How can we end our addiction to oil here in America? Many people—electric carmakers, advanced biofuel researchers, public transit advocates—are working to answer this question from different angles. But a new documentary boils it down to a simple equation: Give Americans a choice at the pump and watch the market do its work.
“Excuse me for bothering you… but are you aware that it’s against the law to idle your car engine in NYC for more than 3 minutes?”
Those are the words George Pakenham, a New Yorker who works in finance, has used to start thousands of discussions though car windows on the streets of Manhattan. What started as an impulsive act on his Upper East Side block in 2005 evolved into a full-blown citizen activism campaign that went all the way to City Hall and is still going strong. We caught up with George to find out more about his vigilante approach to environmental justice and “Idle Threat: Man on Emission,” the award-winning documentary he made about it.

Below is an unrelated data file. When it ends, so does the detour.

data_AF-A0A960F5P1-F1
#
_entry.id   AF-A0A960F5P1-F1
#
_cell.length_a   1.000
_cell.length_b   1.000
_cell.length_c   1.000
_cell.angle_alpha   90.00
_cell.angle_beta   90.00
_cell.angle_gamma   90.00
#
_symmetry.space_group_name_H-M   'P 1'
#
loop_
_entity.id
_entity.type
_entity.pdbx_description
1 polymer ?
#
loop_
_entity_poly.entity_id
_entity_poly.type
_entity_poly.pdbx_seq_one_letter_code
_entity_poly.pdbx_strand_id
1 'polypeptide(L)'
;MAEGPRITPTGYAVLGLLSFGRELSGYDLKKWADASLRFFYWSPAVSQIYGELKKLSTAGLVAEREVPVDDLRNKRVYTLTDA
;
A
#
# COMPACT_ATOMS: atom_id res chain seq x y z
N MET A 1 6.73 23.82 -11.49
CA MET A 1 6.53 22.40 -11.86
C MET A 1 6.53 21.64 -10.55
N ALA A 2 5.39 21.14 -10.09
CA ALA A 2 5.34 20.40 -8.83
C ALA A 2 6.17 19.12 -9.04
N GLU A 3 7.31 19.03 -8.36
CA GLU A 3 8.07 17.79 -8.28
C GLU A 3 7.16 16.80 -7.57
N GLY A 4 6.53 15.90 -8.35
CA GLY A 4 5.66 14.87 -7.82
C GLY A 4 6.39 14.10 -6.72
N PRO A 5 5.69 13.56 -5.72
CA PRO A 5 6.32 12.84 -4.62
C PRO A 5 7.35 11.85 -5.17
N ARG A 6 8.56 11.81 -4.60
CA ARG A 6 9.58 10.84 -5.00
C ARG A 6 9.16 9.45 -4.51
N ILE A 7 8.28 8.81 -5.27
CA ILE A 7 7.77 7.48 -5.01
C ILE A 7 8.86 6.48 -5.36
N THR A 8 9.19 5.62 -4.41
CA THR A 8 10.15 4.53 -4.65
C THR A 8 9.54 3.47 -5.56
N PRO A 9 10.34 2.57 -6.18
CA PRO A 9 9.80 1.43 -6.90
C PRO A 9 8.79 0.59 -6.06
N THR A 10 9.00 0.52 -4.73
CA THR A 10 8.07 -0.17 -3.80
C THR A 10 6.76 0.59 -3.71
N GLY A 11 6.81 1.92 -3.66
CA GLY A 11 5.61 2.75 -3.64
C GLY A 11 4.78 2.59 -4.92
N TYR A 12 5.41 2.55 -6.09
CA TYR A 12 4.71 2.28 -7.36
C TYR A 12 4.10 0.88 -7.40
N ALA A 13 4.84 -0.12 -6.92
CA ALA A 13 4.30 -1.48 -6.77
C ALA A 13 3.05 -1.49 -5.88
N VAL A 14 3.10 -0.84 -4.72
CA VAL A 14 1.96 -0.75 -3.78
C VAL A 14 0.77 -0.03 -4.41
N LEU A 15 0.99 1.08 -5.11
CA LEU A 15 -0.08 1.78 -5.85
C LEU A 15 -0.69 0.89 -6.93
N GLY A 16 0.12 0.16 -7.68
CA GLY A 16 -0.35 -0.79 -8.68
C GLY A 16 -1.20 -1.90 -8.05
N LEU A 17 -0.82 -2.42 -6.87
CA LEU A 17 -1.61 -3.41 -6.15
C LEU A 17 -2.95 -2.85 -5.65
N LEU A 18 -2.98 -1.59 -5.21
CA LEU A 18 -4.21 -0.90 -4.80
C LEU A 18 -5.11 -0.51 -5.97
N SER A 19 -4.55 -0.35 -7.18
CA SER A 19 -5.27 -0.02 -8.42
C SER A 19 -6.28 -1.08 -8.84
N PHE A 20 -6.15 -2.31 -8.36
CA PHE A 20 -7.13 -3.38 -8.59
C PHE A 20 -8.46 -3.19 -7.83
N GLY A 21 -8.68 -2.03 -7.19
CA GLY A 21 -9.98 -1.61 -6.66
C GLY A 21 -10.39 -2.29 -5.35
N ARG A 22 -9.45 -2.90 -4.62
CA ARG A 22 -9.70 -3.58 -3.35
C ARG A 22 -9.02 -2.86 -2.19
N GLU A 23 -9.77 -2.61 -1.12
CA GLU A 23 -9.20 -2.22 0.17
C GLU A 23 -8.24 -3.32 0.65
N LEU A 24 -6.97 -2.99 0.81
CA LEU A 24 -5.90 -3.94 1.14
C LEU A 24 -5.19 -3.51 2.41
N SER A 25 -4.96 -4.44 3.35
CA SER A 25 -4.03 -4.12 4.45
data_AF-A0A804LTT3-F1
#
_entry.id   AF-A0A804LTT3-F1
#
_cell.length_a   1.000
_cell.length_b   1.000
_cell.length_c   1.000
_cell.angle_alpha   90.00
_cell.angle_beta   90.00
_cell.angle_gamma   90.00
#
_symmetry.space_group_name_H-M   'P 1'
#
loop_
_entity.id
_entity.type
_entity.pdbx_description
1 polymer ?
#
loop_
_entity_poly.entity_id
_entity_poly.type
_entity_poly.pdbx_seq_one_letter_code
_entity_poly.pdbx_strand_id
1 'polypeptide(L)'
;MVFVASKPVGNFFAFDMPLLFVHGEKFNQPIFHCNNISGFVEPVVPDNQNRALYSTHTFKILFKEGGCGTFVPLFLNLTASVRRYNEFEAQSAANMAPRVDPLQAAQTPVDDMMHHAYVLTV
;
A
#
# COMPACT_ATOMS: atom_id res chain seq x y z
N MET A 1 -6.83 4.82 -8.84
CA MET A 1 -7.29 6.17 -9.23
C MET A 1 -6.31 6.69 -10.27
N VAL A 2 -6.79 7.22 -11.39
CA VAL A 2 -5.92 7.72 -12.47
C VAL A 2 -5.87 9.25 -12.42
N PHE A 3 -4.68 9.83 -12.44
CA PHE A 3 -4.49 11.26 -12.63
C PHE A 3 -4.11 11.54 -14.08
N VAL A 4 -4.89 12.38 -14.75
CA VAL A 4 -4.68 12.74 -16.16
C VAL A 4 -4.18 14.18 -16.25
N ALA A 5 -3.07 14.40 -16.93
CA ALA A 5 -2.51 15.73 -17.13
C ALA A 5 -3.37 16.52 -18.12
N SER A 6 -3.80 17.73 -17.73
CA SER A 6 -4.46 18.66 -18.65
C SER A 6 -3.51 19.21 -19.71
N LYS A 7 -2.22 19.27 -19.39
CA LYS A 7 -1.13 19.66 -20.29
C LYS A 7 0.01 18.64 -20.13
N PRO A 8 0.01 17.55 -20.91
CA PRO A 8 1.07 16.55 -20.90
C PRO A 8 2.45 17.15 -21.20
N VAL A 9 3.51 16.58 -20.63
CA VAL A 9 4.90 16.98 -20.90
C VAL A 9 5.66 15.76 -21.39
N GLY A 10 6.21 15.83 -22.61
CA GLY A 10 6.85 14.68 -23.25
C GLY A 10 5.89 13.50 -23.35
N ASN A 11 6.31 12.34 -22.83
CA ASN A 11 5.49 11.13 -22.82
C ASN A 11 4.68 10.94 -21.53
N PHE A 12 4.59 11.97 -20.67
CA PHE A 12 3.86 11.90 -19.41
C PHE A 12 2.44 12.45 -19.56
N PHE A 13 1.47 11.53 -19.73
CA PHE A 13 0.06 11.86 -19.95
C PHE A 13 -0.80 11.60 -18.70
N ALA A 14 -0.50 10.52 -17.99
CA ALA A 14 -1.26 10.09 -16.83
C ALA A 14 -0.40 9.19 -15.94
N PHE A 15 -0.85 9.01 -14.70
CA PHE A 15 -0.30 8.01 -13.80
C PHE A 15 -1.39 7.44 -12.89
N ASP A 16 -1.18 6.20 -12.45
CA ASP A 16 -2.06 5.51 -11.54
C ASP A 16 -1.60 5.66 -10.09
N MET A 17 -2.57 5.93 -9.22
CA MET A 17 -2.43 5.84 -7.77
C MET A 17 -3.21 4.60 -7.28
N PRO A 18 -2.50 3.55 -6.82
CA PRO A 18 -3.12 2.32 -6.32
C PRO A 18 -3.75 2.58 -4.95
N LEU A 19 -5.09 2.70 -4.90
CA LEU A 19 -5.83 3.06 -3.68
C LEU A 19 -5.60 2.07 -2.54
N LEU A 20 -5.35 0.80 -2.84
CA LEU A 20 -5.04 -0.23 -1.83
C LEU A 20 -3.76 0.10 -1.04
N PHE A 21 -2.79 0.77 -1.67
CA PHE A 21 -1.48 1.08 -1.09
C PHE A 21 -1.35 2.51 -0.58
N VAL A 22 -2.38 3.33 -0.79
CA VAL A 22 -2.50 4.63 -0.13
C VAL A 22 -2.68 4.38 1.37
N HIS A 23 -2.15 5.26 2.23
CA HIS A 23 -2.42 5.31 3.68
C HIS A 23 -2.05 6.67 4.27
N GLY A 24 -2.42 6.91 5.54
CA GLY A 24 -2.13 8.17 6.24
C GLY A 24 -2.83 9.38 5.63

If you’re in the Boston area this weekend and you’re interested in the environment, then you won’t want to miss Boston GreenFest 2014. This free, three-day festival, which brings together greater Boston’s green community to share ideas and learn about how to build a healthy and sustainable future, is happening Aug. 15-17 at Boston City Hall Plaza. Sustainable America will be there hosting screenings of “Idle Threat: Man on Emission,” educating about clean transportation and zero-waste events, and showing off innovative alt-fuel vehicles. Here’s where you’ll find us:
Today, we’re featuring a guest post from our friend Dan Susman, director and producer of Growing Cities, a documentary about America’s urban farming movement. Right now, he’s raising money to help get the film featured on PBS through a Kickstarter campaign that ends tomorrow, July 9. Let’s help him reach his goal!
After our recent interview with Dan Susman about Growing Cities, his new documentary about urban farming, we were inspired to translate the movie’s core message—”Grow where you are!”—into a digestible guide. Whether it’s planting a windowsill garden, joining a community garden or even building a backyard chicken coop, there are numerous ways to move from relying on factory farms to growing food for yourself and your community, even in a big city.